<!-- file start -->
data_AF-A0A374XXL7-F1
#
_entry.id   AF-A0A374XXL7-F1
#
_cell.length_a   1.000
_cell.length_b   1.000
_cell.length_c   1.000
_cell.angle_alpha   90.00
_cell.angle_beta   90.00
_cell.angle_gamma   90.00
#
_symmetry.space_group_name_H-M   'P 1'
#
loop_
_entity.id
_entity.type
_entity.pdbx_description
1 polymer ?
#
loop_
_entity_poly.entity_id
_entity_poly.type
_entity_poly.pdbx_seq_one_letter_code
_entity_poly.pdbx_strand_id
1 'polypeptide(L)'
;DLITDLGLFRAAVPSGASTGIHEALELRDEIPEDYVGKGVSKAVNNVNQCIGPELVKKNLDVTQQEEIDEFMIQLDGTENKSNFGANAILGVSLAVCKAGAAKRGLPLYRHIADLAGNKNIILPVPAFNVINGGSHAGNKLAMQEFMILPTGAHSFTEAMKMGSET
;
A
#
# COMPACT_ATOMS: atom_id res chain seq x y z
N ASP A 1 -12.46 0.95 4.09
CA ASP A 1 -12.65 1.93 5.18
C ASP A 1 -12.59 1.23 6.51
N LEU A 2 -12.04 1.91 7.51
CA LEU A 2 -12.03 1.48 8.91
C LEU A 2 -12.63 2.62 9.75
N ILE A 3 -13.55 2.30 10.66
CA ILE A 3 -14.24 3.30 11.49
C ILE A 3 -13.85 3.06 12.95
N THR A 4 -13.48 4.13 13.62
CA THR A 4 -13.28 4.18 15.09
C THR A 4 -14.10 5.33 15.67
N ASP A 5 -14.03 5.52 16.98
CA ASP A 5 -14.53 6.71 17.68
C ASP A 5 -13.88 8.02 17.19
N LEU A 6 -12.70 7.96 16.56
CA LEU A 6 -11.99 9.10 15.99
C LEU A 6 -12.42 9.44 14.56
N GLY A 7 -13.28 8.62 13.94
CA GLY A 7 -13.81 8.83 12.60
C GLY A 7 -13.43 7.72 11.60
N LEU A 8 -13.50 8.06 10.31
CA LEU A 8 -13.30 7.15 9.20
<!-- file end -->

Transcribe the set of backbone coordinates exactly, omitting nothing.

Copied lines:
data_AF-A0A374XXL7-F1
#
_entry.id   AF-A0A374XXL7-F1
#
_cell.length_a   1.000
_cell.length_b   1.000
_cell.length_c   1.000
_cell.angle_alpha   90.00
_cell.angle_beta   90.00
_cell.angle_gamma   90.00
#
_symmetry.space_group_name_H-M   'P 1'
#
loop_
_entity.id
_entity.type
_entity.pdbx_description
1 polymer ?
#
loop_
_entity_poly.entity_id
_entity_poly.type
_entity_poly.pdbx_seq_one_letter_code
_entity_poly.pdbx_strand_id
1 'polypeptide(L)'
;DLITDLGLFRAAVPSGASTGIHEALELRDEIPEDYVGKGVSKAVNNVNQCIGPELVKKNLDVTQQEEIDEFMIQLDGTENKSNFGANAILGVSLAVCKAGAAKRGLPLYRHIADLAGNKNIILPVPAFNVINGGSHAGNKLAMQEFMILPTGAHSFTEAMKMGSET
;
A
#
# COMPACT_ATOMS: atom_id res chain seq x y z
N ASP A 1 -12.46 0.95 4.09
CA ASP A 1 -12.65 1.93 5.18
C ASP A 1 -12.59 1.23 6.51
N LEU A 2 -12.04 1.91 7.51
CA LEU A 2 -12.03 1.48 8.91
C LEU A 2 -12.63 2.62 9.75
N ILE A 3 -13.55 2.30 10.66
CA ILE A 3 -14.24 3.30 11.49
C ILE A 3 -13.85 3.06 12.95
N THR A 4 -13.48 4.13 13.62
CA THR A 4 -13.28 4.18 15.09
C THR A 4 -14.10 5.33 15.67
N ASP A 5 -14.03 5.52 16.98
CA ASP A 5 -14.53 6.71 17.68
C ASP A 5 -13.88 8.02 17.19
N LEU A 6 -12.70 7.96 16.56
CA LEU A 6 -11.99 9.10 15.99
C LEU A 6 -12.42 9.44 14.56
N GLY A 7 -13.28 8.62 13.94
CA GLY A 7 -13.81 8.83 12.60
C GLY A 7 -13.43 7.72 11.60
N LEU A 8 -13.50 8.06 10.31
CA LEU A 8 -13.30 7.15 9.20